Top ref who fought depression urges footballers with mental health issues to talk to team-mates
Fellow players are often the best people to talk to if suffering from mental health issues, according to a leading referee who has been open about his own battle with depression.
Lee Tavinder, the Irish FA's referee development manager, said the sudden death of Carrick Rangers player Gerard 'Jerry' Thompson reveals the importance of the football community coming together to support those who may otherwise suffer in silence.
"Just ask if you think everything is not okay," Mr Tavinder said. "Maybe they will not want to speak but there is absolutely no harm in asking."
Mr Thompson, a 24-year-old father of one from north Belfast, died suddenly earlier this week. His mother, Leanne Thompson, has urged those struggling with mental health issues to seek help.
"He was just our hero, we're going to miss him something serious. He loved us, he loved his girlfriend and we just don't understand why he did this," Ms Thompson said.
She added: "If anybody is thinking about doing something like this at all they need to speak to people, let people know what's going through their heads. Not just doing something like this. My son kept everything to himself, he never spoke about anything."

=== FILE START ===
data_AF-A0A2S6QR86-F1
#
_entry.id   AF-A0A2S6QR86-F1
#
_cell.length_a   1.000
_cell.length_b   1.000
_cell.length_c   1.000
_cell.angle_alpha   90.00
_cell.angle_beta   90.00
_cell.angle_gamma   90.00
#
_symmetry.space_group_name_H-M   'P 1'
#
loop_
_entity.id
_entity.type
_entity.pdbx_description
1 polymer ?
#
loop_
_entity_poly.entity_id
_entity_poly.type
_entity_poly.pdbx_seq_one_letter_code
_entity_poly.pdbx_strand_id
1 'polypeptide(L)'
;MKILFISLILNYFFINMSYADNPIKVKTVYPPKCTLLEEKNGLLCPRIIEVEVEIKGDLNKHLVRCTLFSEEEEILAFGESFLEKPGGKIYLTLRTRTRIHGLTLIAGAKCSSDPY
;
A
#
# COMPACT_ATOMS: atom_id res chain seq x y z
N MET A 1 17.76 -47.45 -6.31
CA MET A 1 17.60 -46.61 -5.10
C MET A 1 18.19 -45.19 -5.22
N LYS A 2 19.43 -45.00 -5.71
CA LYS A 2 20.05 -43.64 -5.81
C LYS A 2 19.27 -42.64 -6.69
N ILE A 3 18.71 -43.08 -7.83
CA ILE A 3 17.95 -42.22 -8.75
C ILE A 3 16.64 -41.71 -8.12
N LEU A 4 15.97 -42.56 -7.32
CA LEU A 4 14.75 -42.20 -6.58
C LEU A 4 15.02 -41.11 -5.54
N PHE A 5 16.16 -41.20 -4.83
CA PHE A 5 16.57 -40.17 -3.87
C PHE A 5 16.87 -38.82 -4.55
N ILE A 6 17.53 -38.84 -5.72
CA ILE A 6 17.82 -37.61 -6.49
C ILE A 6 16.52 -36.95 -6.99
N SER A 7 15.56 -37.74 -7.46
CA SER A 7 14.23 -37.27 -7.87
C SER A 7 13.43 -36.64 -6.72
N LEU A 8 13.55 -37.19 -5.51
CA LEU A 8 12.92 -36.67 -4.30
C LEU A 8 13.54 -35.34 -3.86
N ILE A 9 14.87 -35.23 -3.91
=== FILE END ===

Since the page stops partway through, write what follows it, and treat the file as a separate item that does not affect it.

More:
Mr Tavinder, who earlier this year was awarded a British Empire Medal for his services to mental health in Northern Ireland, said it is hugely important that people in football come together at this time.
"My support network was people in football," the referee said, referring to when he came out and started to speak about his own battle with anxiety and depression. But Mr Tavinder only opened up to someone when he was aged 33.
"The biggest support is going to be someone sitting in the changing room, the person to your left or right," he said. "The biggest support is going to come from your team-mate."
Mr Tavinder added: "Talking is the first step though it is the hardest. It is not necessarily ones that are closest or those that are the most obvious such as support organisations. It is the footballer next to you."
The referee - who also works with prison inmates and former offenders as part of the IFA's 'Stay Onside' programme, which includes talking mental health - believes footballers can be powerful role models for young people battling depression.
"But it is such a competitive game, many footballers do not want to admit a weakness. Footballers can play a big role in breaking down the stigma."
Mr Tavinder referred matches involving Jerry on a number of occasions though he did not know him on a personal level.
"It is hard to put in words, somebody so young," the football official said of Jerry's death. "We really do have a responsibility to look out for each other."
On social media, the referee said his thoughts are with the family "at such a heart breaking time".
He added: "It's hard to comprehend such a tragedy. I know from experience the hard work that the Irish FA and partner agencies have put into supporting mental health.
"The next step is for everyone in football to acknowledge mental health, unite as a sport and build a support structure for everyone involved.
"Football brings the best and worst in people and this tragedy and the outpouring of grief shows what a big family that we are."